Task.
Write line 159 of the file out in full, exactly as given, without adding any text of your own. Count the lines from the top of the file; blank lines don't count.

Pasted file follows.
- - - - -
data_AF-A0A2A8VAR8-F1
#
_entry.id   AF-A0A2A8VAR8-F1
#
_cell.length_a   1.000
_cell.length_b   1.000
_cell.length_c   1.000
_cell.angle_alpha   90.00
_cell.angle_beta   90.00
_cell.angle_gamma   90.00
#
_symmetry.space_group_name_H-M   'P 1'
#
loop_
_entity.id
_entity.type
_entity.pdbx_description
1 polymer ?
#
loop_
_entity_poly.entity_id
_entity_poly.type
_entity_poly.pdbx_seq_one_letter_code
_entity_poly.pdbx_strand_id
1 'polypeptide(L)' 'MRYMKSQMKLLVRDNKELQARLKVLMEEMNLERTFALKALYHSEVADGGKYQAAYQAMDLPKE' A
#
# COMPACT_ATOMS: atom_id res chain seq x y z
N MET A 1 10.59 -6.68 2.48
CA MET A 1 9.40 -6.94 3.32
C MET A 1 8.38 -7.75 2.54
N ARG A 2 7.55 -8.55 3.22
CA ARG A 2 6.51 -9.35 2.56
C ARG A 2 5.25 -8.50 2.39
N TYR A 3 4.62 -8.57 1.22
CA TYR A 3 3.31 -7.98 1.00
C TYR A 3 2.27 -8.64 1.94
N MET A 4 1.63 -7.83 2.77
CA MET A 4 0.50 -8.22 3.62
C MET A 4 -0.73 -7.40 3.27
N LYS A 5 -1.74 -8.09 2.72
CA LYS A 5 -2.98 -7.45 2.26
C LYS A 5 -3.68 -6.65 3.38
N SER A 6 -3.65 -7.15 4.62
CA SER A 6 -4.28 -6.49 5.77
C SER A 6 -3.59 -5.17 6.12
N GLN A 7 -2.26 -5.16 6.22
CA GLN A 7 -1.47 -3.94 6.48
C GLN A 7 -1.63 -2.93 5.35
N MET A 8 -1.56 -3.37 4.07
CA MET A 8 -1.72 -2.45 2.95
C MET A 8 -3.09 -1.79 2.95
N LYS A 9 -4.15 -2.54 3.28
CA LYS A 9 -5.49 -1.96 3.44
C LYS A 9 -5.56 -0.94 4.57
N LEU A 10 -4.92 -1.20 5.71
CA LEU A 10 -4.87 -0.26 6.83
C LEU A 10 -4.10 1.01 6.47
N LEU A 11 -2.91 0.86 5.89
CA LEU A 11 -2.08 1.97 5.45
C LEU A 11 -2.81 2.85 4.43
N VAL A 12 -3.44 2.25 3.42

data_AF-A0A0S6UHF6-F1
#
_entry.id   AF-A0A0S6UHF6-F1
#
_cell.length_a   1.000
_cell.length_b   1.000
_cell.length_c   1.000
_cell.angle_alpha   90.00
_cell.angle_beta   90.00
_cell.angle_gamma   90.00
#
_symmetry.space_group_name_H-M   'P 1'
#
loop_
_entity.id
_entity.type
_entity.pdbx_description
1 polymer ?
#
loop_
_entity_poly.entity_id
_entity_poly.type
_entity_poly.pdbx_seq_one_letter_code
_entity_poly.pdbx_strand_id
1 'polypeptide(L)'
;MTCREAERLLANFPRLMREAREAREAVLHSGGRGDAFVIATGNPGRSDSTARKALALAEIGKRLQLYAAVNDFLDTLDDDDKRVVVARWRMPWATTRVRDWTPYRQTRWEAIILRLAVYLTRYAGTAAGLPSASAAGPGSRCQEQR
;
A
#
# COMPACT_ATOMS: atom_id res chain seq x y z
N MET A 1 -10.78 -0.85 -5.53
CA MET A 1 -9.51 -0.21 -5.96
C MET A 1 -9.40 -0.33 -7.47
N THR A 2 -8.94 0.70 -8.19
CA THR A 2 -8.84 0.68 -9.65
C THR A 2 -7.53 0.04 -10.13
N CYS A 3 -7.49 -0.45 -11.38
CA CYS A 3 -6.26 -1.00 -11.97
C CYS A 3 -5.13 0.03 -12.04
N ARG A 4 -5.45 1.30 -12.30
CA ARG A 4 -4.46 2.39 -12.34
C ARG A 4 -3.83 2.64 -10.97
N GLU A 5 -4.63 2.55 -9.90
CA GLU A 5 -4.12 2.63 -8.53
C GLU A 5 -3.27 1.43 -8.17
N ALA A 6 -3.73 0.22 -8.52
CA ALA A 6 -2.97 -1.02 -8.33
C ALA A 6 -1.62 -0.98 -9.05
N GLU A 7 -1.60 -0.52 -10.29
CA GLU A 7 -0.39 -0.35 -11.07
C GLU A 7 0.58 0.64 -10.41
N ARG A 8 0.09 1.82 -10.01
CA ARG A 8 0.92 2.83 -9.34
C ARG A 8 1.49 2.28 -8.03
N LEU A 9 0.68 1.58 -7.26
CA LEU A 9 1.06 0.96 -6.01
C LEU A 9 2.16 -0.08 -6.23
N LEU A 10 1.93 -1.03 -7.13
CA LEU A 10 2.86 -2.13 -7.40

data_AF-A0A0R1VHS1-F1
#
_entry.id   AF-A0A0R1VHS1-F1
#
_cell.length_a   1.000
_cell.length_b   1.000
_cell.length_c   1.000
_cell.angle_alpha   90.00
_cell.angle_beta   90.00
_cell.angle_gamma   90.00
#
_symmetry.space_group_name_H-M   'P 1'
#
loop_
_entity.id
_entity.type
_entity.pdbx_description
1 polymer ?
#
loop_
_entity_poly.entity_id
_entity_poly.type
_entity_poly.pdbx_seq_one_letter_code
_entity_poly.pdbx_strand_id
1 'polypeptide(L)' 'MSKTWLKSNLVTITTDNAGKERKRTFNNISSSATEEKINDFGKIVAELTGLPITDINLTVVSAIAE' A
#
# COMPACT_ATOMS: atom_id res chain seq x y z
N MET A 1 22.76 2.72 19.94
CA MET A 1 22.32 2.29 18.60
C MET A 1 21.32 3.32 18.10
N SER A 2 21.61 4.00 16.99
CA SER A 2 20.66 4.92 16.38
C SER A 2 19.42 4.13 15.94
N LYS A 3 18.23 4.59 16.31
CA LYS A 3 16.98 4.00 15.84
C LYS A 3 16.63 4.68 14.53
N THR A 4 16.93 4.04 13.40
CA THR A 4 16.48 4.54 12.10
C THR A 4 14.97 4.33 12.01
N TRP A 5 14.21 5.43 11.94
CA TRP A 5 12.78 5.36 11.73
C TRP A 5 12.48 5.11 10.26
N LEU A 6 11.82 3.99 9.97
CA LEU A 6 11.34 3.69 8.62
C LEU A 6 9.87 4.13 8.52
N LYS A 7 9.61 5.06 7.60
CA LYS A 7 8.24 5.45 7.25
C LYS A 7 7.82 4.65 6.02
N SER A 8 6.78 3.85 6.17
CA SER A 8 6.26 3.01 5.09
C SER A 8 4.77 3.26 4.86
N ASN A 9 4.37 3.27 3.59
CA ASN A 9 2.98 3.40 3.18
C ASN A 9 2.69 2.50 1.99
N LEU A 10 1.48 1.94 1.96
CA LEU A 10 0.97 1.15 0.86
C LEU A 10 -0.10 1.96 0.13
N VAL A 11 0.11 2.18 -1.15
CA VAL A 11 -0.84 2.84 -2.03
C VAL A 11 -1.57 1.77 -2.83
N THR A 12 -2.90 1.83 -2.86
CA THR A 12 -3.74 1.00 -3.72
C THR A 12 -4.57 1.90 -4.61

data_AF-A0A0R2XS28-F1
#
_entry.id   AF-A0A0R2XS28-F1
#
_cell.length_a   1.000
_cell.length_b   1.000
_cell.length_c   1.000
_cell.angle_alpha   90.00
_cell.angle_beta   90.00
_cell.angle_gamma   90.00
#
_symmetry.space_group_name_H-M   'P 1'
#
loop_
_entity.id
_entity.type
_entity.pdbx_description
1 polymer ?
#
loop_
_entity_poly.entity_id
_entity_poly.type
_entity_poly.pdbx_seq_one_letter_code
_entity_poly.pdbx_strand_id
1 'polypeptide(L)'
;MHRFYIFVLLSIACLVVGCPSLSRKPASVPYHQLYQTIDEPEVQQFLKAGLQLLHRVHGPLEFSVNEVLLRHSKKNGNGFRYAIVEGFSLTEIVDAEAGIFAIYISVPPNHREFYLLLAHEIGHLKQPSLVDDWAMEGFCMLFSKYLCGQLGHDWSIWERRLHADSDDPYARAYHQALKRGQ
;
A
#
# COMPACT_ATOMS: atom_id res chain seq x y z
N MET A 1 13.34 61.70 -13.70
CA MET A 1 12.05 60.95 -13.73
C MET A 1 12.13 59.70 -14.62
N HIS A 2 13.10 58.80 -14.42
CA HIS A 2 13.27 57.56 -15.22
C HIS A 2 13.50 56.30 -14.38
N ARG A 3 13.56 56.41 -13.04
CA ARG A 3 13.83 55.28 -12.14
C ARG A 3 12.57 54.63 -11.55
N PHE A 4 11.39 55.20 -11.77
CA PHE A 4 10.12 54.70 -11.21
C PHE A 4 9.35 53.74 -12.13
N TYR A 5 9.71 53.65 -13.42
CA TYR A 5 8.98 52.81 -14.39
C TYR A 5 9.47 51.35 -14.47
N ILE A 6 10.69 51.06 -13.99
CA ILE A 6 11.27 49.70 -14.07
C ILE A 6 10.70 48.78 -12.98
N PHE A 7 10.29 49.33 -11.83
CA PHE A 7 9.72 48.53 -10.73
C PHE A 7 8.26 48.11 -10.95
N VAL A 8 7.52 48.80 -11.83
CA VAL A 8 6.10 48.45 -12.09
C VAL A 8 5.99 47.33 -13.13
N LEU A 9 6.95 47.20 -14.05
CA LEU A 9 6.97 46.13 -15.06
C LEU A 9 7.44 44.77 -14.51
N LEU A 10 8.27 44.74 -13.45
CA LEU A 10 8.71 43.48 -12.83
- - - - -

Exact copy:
C THR A 4 14.97 4.33 12.01